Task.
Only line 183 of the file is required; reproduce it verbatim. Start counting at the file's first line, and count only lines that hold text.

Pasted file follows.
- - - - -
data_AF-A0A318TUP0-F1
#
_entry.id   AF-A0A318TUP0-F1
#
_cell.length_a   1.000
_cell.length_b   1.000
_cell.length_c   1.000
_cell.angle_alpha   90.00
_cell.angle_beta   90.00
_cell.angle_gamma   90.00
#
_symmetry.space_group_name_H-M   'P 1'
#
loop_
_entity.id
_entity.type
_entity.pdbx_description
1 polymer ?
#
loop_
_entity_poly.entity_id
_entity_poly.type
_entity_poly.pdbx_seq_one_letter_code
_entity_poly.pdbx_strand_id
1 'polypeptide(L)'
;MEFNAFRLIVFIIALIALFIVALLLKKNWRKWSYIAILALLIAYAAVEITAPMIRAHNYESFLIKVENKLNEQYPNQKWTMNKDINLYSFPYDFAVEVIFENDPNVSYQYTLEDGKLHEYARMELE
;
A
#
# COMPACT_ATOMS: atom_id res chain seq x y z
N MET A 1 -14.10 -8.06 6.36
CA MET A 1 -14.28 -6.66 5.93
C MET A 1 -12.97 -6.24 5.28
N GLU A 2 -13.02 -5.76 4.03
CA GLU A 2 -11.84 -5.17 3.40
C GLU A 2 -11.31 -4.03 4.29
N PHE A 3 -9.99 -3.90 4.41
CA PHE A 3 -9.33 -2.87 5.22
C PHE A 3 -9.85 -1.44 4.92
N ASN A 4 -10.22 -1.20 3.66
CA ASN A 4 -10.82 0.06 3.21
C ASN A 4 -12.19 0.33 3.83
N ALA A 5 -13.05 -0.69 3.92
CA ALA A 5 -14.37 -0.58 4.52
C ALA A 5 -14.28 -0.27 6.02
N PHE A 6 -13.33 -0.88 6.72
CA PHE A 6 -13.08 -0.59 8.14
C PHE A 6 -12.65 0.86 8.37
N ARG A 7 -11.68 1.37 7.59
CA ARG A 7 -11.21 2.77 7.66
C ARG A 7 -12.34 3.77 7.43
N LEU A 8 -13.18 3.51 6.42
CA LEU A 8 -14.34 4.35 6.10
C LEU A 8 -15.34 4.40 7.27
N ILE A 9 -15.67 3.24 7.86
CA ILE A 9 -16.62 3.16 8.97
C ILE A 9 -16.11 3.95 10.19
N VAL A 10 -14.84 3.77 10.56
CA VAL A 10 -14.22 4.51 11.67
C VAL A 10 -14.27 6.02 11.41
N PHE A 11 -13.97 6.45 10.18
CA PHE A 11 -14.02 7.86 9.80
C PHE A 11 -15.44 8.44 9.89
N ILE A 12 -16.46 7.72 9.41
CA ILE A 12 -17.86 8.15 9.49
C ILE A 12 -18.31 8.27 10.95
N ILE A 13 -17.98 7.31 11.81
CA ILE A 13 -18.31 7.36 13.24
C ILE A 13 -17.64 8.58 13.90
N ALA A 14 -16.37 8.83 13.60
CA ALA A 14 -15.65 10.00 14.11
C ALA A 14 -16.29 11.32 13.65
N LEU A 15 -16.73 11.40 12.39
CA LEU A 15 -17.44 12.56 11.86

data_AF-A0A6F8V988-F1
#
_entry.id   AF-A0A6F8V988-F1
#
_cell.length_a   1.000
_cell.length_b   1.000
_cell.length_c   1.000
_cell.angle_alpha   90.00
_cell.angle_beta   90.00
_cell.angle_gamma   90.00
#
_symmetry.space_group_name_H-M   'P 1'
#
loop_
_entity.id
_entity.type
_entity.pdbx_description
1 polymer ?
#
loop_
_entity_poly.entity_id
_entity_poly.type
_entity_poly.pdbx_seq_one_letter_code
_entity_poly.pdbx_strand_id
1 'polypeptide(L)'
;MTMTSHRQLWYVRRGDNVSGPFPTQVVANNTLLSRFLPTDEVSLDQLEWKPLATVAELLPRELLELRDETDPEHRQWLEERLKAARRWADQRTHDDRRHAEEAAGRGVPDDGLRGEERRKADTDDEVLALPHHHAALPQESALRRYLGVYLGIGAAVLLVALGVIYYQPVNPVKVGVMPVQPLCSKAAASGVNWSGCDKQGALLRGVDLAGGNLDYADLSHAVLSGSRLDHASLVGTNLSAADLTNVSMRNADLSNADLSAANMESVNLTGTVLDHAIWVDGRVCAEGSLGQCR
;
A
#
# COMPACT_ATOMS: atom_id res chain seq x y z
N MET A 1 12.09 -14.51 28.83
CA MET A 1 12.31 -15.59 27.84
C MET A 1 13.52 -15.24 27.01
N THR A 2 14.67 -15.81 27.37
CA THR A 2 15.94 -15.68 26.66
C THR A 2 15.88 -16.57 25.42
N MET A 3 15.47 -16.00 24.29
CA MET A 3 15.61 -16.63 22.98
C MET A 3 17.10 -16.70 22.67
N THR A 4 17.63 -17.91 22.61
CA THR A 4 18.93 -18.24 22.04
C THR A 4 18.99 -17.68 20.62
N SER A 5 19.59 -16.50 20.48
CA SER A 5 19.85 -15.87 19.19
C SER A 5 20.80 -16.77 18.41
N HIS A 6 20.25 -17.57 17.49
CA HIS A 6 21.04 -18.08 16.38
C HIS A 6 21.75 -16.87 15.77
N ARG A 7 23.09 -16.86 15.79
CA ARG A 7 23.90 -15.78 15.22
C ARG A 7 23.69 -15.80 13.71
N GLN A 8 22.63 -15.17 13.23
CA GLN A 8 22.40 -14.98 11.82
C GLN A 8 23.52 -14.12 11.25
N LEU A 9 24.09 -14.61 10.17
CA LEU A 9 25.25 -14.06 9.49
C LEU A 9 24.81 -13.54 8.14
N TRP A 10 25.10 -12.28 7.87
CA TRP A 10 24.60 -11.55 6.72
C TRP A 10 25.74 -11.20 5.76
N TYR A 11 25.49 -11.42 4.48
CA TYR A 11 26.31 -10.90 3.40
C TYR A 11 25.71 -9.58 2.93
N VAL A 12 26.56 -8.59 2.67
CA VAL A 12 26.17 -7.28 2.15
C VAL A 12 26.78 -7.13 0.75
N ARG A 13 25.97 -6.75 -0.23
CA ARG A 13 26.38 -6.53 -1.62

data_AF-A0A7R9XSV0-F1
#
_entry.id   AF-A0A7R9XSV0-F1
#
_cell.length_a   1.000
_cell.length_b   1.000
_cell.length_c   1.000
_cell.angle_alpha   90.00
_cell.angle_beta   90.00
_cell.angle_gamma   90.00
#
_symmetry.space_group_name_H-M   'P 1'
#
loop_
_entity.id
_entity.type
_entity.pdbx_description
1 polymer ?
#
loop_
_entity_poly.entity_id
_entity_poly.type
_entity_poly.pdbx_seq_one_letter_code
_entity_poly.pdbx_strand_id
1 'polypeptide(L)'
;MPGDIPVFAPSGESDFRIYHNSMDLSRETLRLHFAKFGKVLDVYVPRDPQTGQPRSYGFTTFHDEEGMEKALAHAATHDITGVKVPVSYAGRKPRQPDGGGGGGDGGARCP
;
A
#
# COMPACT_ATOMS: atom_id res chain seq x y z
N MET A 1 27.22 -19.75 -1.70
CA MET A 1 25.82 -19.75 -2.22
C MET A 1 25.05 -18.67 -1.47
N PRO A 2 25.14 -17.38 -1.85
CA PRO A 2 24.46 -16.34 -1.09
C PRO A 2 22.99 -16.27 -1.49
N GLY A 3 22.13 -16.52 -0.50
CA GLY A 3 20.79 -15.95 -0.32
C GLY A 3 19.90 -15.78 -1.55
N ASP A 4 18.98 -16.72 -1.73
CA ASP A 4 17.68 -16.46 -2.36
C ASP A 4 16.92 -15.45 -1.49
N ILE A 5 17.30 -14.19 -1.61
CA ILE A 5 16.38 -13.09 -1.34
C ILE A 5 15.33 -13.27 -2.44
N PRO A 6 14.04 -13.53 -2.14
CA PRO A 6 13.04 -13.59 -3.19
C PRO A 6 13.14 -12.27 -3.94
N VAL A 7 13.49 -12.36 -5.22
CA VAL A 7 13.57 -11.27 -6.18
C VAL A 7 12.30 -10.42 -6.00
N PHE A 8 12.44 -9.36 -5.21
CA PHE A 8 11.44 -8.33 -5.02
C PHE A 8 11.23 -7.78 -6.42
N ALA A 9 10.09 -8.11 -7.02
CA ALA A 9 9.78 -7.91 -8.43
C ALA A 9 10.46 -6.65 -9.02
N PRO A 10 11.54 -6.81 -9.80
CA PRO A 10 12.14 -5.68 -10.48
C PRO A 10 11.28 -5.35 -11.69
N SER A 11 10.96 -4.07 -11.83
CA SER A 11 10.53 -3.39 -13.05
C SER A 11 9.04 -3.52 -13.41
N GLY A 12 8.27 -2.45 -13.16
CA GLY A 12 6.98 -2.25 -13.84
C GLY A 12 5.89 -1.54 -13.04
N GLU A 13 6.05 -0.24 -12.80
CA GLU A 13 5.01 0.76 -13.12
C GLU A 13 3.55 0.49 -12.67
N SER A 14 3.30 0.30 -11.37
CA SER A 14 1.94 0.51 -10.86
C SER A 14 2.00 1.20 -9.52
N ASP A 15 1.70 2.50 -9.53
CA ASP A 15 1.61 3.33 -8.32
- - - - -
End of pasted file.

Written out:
CA ASP A 4 17.68 -16.46 -2.36